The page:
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Physical Security

Leaving your computer unattended and unsecured gives potential thieves an opportunity to steal your confidential information, or to install viruses, Trojans, or other damaging software onto your computer.

In the Lab or Library

Public computer labs are a popular hangout for "shoulder surfers"--people who look over your shoulder while you type in your user name, password, or other sensitive information. It's very easy to decipher which keys you're typing for your password, no matter how fast you type. So just be on the lookout for these surfers while you log it. Also, be sure to log out when you're done.

Try not to print out confidential information in a public computer lab. However, if you must, remove it from the printer as soon as it prints. Don't wait or else someone could snag it!

In the Dorm or Office

If your dorm room or office is in an open suite, or if you use a laptop in more than one location, your computer and sensitive files could be at risk. If you use a laptop, be sure to physically secure it with a lock. To secure your files and sensitive data, use a system password.

There are two simple methods to secure your personal computer when you leave it unattended. You can either log off your computer when you leave, requiring a password to log back on, or you can utilize a password-protected screen saver. There are pros and cons to both methods. Evaluate them in the chart below and decide for yourself which option you prefer. Directions on how to set up these options are below.

Log-in password When you log off, your computer is secure from the moment you leave until the moment you return You have to remember to log off every time you leave your computer
Screen saver password Comes up automatically if you leave your computer abruptly. In the few minutes it takes for the screen saver to come up, someone could hop on your computer.


How to Set up Password Protection

For Microsoft users:

To set up a password for log-in:

  1. Click Start, then click User Accounts.
  2. If you have more than one user account, select the account you’d like to create a password for under Pick an Account to Change
  3. Then click create a password.

To set up a password-protected screen saver:

  1. Click Start, then click Control Panel.
  2. Under Control Panel, click Display.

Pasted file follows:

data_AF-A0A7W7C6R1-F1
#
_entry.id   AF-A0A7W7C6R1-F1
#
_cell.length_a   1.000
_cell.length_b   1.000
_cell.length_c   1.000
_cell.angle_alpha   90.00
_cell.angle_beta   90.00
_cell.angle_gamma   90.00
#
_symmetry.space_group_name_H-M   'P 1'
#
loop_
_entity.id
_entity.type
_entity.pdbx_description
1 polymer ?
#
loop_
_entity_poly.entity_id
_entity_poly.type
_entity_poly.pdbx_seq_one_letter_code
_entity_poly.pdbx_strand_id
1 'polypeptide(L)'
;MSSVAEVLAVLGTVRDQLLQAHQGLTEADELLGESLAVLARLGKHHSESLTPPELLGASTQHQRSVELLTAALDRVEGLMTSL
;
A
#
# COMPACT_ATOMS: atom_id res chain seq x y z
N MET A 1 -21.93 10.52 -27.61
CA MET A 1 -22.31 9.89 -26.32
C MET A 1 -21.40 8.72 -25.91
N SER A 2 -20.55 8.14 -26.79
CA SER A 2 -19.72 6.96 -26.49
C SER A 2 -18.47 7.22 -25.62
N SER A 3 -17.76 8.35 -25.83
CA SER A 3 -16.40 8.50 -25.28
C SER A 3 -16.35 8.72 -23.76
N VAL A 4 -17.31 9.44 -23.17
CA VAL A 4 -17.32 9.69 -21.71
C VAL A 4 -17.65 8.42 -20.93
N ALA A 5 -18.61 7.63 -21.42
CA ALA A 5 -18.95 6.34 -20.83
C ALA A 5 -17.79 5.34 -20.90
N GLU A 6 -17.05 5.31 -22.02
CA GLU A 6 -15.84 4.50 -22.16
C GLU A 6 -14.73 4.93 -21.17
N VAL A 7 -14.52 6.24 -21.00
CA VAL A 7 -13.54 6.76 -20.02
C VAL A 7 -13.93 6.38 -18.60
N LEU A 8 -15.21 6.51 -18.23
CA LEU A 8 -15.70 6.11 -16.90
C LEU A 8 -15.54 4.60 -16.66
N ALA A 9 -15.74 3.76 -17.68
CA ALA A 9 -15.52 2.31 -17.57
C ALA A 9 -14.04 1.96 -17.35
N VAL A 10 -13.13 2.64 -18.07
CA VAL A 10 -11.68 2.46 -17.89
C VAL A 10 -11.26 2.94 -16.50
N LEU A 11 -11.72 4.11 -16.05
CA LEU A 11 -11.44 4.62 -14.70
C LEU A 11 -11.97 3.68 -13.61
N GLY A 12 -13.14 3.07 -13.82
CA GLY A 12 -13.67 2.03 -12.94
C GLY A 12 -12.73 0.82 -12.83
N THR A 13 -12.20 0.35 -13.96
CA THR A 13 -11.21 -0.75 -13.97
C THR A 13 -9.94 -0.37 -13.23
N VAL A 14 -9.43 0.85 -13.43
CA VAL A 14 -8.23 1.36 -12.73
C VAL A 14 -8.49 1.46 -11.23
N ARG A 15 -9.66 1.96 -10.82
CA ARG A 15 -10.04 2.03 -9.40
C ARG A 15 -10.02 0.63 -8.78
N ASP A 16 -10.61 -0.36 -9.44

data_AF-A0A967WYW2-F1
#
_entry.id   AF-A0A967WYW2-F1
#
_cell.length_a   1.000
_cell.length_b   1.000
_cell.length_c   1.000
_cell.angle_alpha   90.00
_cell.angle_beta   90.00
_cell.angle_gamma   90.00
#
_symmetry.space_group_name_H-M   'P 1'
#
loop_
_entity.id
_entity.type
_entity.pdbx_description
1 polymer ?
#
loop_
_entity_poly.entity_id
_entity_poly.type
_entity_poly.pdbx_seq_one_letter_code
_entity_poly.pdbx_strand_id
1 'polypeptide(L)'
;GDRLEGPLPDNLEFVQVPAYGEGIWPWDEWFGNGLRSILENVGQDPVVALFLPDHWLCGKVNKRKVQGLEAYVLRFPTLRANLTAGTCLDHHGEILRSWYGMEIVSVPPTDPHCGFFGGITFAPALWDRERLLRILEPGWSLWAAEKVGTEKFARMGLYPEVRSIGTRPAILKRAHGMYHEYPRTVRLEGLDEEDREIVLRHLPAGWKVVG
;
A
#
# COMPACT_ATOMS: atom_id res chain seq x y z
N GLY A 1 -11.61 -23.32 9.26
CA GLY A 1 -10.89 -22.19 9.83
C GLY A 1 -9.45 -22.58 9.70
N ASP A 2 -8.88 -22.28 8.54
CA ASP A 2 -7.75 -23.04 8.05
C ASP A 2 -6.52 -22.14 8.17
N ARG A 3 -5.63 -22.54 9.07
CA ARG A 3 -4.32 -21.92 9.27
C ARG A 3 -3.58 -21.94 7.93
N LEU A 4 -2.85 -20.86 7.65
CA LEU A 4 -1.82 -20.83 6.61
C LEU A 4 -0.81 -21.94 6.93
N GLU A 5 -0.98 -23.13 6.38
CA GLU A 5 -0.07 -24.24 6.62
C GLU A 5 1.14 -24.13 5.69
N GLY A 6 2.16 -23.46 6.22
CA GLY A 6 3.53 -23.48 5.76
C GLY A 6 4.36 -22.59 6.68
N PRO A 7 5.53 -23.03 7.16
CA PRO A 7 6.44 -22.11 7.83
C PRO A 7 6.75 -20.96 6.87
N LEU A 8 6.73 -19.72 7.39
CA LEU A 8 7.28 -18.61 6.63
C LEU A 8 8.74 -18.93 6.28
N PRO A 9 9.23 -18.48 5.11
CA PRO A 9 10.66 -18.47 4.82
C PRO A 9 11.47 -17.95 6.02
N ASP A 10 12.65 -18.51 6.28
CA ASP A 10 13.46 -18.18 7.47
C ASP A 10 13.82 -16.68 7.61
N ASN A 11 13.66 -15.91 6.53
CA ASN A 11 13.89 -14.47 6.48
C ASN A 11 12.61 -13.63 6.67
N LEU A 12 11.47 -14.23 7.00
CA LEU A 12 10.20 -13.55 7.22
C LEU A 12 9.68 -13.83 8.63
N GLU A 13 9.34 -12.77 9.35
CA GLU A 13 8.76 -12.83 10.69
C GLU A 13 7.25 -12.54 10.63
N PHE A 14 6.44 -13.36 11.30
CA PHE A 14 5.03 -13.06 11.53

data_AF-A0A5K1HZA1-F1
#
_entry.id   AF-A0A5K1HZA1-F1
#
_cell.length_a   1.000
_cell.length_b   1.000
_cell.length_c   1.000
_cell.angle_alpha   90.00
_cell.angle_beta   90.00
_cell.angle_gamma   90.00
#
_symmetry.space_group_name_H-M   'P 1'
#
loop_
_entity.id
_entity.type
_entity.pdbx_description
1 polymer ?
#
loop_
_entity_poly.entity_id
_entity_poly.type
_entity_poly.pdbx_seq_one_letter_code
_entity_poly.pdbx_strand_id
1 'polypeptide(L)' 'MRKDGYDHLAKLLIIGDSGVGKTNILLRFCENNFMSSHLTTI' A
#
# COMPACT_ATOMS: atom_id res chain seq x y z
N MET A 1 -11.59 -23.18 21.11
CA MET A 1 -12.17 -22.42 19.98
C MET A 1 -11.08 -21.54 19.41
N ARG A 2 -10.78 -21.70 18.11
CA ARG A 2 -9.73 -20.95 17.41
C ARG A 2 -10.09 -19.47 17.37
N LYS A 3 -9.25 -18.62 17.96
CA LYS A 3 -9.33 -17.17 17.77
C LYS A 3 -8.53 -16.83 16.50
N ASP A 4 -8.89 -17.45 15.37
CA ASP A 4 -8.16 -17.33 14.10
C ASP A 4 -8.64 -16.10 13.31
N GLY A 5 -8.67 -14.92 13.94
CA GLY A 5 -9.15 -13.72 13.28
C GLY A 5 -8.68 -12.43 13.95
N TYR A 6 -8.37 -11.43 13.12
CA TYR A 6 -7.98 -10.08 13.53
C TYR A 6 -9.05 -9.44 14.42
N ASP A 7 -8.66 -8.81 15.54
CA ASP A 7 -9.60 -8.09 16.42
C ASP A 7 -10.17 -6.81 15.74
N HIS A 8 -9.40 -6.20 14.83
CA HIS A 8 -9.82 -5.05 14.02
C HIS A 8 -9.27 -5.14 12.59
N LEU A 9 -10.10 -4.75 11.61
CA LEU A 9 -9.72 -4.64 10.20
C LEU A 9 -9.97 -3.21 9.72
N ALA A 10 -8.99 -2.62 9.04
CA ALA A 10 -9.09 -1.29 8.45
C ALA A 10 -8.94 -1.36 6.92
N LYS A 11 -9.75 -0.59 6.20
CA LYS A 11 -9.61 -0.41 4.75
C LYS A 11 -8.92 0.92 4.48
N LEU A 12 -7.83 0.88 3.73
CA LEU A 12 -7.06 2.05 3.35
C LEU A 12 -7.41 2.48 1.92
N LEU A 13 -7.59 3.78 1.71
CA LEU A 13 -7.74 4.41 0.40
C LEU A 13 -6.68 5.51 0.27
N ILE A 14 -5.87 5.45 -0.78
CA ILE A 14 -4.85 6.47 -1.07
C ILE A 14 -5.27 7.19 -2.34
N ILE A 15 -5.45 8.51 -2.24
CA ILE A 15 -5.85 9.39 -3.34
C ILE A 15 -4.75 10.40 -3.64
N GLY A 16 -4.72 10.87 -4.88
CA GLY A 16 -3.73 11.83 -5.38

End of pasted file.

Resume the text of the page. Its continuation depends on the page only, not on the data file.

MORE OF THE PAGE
3. This window will have five tabs. Click Screen Saver, the third tab from the left.
  4. Choose the screen saver you’d like from the drop down menu, then click the box labeled On resume, password protect.
  5. To the left of the password protect box, you can select how long you’d like the computer to be idle before the screen saver automatically comes up.

For Mac users:

To set up a password for log-in:

  1. Mac OS X is automatically set up with a log-in name and password. Just be sure to use a strong password.

To set up a password-protected screen saver:

  1. Click the Apple Menu, then click System Preferences.
  2. Under the Personal Heading, select Security.
  3. Make sure the boxes for "Require password to wake this computer from sleep or screen saver" and "Disable automatic login" are both checked.
  4. Go back to System Preferences, and under the Personal Heading, click Desktop and Screen Saver.
  5. Here, you can choose your screen saver and opt to use "Hot Corners." This option allows you to select a particular corner of your screen that will activate your screen saver if you place the mouse in that corner

Fires, Drops, and Spills

Laptops are so common now that they are often seen simply as portable desktop computers. But laptops require some extra precautions due to their physical vulnerabilities. Following these precautions can help prevent expensive repairs.

  • Do not use a soft surface (such as a bed, pillow, carpet, or couch) as a desktop when using or charging your laptop. These surfaces do not allow the heat that laptops generate to escape, which can cause damage to your computer, or worse, start a fire.
  • Do not let your battery or charger become too hot--for example, by leaving it in your car or in the sun. Extreme temperatures can degrade your battery and reduce its ability to hold a charge.
  • Be careful not to drop your battery or charger because the sudden impact could damage them or cause them to catch fire.
  • Be cautious if you have liquids near your laptop. If they spill, they can damage your computer and its data.
  • If you bring your laptop with you, always carry it in a padded case of some sort. This will protect it in case you drop it or knock it against something.

Additional Security Tips

Don't leave confidential printouts on your desk, even if you are only away for a few moments--keep them locked in a secure place. If you no longer need these printouts, do not just simply throw them away--shred them.

"Dumpster diving" is a popular activity where hackers obtain others' confidential information from sensitive documents that were not thrown away properly. Personal home-use/small office-use shredders are inexpensive and readily available. "Cross-cut" models are preferable to "strip" models because cross-cut models shred documents into more, smaller pieces than the strip models, making it increasingly difficult for dumpster diving thieves to tape back together.

Lastly, before selling or donating old computers, make sure that sensitive data is removed. Files that are simply "dragged to the trash" can be easily recovered, so use a secure delete utility (such as those included with PGP and Norton Utilities) to wipe all hard drives in the system. It is best to set for multiple wipes, at least three passes.

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